The eternal search for hills

Being a South West London resident I can run for miles in any direction and encounter barely 10ft of elevation, literally miles. The closest thing that even resembles a hill is roughly 3 miles away (the small bump at Ham Gate up to the main road in Richmond Park). I have always secretly considered this a big hill…

Normally this wouldn’t bother me, as the old saying goes ‘mo hills, mo problems’. But in just over 8 weeks I need to run a race with a ton of hills, if you look at the elevation profile of the SDW50 it’s looks like a racing heartbeat on an ECG. Which ironically is exactly what my heart will be doing when I attempt to run up them. Over those 50 miles there’s nearly 5000ft of up and down.

Sadly I can’t go round them, so I’m just going to have to get better at going up them.

So without further ado, let me present you with: The Polly Farrington Guide to Getting Better at Running Up Hills So As Not to Die on the SDW aka the PFGTGBARUHSANTDOTSDW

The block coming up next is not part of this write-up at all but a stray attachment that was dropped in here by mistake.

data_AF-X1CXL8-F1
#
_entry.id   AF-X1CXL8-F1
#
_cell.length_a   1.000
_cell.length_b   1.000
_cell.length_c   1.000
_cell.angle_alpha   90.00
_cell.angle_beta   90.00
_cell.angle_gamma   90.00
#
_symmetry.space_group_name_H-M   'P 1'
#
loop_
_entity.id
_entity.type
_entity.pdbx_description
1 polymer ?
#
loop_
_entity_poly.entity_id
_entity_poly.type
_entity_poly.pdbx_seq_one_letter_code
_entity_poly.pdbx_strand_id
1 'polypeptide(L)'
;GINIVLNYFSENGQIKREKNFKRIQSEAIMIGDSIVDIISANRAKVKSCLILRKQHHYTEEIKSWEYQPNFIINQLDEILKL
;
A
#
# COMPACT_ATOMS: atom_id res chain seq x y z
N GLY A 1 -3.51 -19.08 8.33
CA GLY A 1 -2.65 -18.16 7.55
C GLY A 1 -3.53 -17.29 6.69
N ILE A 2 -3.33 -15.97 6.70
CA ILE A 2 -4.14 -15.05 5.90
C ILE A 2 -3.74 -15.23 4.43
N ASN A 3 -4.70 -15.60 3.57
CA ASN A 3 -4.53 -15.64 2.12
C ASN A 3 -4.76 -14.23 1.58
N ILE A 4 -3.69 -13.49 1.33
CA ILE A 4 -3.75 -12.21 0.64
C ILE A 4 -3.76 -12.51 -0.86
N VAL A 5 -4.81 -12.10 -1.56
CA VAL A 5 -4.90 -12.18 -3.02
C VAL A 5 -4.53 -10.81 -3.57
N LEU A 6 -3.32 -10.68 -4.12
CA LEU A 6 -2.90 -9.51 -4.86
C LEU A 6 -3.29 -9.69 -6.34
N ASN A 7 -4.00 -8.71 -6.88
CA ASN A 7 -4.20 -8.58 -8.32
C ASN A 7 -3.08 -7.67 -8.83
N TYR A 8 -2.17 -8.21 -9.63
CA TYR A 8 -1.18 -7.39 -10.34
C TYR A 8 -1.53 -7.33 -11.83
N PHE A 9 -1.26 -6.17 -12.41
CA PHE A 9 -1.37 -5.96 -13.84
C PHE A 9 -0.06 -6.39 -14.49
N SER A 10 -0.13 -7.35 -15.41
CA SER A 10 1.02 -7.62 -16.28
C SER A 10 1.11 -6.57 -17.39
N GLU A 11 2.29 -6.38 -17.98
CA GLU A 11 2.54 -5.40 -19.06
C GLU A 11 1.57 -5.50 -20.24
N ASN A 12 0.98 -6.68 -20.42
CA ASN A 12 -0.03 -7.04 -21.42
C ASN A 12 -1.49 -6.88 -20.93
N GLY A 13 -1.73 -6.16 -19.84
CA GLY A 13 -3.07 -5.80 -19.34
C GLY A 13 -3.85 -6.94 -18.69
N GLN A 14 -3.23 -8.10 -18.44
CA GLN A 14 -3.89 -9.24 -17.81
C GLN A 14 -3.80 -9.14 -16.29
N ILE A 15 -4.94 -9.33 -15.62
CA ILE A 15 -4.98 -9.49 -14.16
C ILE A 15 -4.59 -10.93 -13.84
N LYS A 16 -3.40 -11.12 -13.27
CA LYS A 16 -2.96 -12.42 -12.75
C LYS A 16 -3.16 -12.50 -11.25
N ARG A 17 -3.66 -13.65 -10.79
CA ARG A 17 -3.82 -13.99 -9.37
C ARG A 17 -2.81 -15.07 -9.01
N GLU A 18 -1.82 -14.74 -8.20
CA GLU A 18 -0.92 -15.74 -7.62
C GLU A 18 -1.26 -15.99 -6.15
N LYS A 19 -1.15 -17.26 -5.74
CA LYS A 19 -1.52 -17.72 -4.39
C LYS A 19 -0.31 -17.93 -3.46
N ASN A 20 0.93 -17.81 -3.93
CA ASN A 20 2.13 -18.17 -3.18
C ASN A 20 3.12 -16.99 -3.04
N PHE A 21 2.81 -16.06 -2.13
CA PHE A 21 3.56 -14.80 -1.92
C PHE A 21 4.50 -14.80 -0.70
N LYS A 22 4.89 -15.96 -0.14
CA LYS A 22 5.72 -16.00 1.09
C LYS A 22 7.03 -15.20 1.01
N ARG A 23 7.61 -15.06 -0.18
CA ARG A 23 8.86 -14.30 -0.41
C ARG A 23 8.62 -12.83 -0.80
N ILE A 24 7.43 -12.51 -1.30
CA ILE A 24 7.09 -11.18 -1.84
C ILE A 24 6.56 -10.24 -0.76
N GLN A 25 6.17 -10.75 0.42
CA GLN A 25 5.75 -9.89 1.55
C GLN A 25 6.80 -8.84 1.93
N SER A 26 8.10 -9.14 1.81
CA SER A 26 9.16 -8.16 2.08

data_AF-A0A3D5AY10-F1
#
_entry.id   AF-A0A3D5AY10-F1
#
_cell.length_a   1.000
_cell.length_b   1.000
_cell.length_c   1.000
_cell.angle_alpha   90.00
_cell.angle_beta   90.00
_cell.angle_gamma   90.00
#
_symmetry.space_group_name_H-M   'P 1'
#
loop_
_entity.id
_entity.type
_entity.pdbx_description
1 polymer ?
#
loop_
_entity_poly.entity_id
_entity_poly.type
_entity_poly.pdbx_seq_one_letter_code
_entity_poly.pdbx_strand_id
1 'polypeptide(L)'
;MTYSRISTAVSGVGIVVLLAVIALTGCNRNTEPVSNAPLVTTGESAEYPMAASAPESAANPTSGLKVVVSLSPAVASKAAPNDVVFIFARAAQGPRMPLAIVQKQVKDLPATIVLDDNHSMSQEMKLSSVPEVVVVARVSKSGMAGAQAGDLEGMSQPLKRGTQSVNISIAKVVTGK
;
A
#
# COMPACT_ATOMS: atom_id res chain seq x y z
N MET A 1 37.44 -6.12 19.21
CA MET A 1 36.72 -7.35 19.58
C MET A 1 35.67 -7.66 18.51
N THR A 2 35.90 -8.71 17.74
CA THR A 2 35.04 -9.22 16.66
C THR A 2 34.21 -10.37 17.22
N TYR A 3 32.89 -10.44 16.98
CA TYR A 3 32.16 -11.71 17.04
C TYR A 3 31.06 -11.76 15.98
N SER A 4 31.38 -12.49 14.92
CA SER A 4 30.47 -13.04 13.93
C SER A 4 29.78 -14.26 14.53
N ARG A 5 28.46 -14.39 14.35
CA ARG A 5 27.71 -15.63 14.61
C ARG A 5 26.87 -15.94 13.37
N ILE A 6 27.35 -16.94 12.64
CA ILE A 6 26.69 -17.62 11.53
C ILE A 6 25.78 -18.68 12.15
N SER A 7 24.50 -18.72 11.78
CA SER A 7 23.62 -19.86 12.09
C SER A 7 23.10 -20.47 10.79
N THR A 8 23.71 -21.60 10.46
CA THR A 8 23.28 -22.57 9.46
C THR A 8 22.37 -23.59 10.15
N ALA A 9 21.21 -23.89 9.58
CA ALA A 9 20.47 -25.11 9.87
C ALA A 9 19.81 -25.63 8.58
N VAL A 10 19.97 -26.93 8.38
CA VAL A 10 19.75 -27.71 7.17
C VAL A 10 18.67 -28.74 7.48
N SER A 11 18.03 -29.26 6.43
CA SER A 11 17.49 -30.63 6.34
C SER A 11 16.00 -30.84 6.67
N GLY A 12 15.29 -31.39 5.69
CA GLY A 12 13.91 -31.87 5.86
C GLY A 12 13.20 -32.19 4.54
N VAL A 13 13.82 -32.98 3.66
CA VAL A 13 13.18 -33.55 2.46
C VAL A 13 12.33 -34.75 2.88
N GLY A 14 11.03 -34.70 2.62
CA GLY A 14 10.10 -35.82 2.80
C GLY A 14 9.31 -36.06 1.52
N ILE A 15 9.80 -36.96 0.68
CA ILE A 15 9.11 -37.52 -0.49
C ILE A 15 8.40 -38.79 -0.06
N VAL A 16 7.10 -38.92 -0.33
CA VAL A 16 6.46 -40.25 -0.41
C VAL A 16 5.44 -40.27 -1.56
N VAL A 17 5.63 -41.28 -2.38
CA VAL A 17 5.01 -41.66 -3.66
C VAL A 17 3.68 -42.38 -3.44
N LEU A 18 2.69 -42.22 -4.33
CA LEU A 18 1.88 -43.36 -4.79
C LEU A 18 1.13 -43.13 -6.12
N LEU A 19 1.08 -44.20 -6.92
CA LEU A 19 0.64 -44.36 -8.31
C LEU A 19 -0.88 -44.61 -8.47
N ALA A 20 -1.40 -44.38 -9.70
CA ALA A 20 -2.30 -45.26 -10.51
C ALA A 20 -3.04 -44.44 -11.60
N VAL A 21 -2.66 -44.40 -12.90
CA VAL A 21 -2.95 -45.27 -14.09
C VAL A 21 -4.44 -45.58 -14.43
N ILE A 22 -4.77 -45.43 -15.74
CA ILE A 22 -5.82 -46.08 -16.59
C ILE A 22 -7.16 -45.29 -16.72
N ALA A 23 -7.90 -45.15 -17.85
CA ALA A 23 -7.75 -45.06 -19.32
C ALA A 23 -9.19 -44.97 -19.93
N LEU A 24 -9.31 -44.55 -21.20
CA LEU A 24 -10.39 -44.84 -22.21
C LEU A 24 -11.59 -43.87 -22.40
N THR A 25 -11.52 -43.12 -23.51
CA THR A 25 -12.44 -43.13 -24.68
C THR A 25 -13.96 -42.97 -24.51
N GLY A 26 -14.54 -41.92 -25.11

1. Start by attempting to run up every hill in Richmond Park, the hilliest place in a 10 mile radius

Still not enough? Of course not its like 350ft

2. Attempt to run up every hill in Richmond Park plus Wimbledon Common

650 ft. Hmm.

New plan.

3. Enlist Dream Team member and all round top notch guy Simon Lamb to come on your next big run and help out. He will stand at the top of each hill and shout ‘AND AGAIN’ every time you get to the top. Very effective. 1350ft!

4. Simon not available? Get on the train and go visit some proper hills.

This weekend I finally got down onto the SDW itself. Alex and I hiked the 16 miles from Hassocks to Southease. (Which is a brilliant route if there are any keen walkers reading this). You can pick up the SDW about 2 miles from Hassocks station, be warned though its at the top of the hill in the below picture:


Then its just 16 miles of beautiful rolling hills to Southease where the path conveniently goes right through the middle of the station. Perfect exit point.


Hassock’s famous windmills. First shown to me by Windmill expert Rich Mitchelson of Homeward Round fame.







I’ve still got another 34 miles of the downs to recce, so if you fancy getting involved let me know.


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